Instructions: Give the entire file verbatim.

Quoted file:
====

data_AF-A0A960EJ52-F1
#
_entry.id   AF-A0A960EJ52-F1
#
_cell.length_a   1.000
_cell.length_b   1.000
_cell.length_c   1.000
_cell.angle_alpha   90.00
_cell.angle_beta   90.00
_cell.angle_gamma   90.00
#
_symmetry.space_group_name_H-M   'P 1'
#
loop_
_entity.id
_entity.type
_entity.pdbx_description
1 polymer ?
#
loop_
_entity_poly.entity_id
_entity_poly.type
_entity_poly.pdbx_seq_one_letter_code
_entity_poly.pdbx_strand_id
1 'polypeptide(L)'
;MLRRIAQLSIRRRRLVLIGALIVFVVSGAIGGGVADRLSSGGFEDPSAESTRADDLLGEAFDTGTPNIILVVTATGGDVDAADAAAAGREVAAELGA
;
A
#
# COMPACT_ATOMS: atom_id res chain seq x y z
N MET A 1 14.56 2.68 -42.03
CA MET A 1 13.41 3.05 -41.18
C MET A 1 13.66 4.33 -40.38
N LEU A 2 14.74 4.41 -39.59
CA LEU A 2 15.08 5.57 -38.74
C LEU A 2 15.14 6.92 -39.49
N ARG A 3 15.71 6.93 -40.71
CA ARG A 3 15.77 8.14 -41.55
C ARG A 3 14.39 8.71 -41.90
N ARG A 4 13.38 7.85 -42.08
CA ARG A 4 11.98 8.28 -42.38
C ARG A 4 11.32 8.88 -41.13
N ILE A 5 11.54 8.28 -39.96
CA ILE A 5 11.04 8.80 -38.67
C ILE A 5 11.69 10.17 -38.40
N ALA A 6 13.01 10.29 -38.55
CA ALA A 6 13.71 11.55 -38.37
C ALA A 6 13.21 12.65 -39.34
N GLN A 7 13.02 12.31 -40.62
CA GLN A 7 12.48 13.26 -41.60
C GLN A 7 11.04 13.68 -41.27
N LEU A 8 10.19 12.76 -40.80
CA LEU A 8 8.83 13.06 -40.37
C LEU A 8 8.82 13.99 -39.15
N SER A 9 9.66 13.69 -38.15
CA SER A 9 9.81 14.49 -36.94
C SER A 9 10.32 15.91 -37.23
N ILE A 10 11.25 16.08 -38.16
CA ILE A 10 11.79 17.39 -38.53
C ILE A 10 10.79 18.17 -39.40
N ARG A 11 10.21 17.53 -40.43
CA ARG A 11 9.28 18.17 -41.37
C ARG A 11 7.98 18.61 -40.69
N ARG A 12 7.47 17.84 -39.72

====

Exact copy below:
data_AF-A0A960EJ52-F1
#
_entry.id   AF-A0A960EJ52-F1
#
_cell.length_a   1.000
_cell.length_b   1.000
_cell.length_c   1.000
_cell.angle_alpha   90.00
_cell.angle_beta   90.00
_cell.angle_gamma   90.00
#
_symmetry.space_group_name_H-M   'P 1'
#
loop_
_entity.id
_entity.type
_entity.pdbx_description
1 polymer ?
#
loop_
_entity_poly.entity_id
_entity_poly.type
_entity_poly.pdbx_seq_one_letter_code
_entity_poly.pdbx_strand_id
1 'polypeptide(L)'
;MLRRIAQLSIRRRRLVLIGALIVFVVSGAIGGGVADRLSSGGFEDPSAESTRADDLLGEAFDTGTPNIILVVTATGGDVDAADAAAAGREVAAELGA
;
A
#
# COMPACT_ATOMS: atom_id res chain seq x y z
N MET A 1 14.56 2.68 -42.03
CA MET A 1 13.41 3.05 -41.18
C MET A 1 13.66 4.33 -40.38
N LEU A 2 14.74 4.41 -39.59
CA LEU A 2 15.08 5.57 -38.74
C LEU A 2 15.14 6.92 -39.49
N ARG A 3 15.71 6.93 -40.71
CA ARG A 3 15.77 8.14 -41.55
C ARG A 3 14.39 8.71 -41.90
N ARG A 4 13.38 7.85 -42.08
CA ARG A 4 11.98 8.28 -42.38
C ARG A 4 11.32 8.88 -41.13
N ILE A 5 11.54 8.28 -39.96
CA ILE A 5 11.04 8.80 -38.67
C ILE A 5 11.69 10.17 -38.40
N ALA A 6 13.01 10.29 -38.55
CA ALA A 6 13.71 11.55 -38.37
C ALA A 6 13.21 12.65 -39.34
N GLN A 7 13.02 12.31 -40.62
CA GLN A 7 12.48 13.26 -41.60
C GLN A 7 11.04 13.68 -41.27
N LEU A 8 10.19 12.76 -40.80
CA LEU A 8 8.83 13.06 -40.37
C LEU A 8 8.82 13.99 -39.15
N SER A 9 9.66 13.69 -38.15
CA SER A 9 9.81 14.49 -36.94
C SER A 9 10.32 15.91 -37.23
N ILE A 10 11.25 16.08 -38.16
CA ILE A 10 11.79 17.39 -38.53
C ILE A 10 10.79 18.17 -39.40
N ARG A 11 10.21 17.53 -40.43
CA ARG A 11 9.28 18.17 -41.37
C ARG A 11 7.98 18.61 -40.69
N ARG A 12 7.47 17.84 -39.72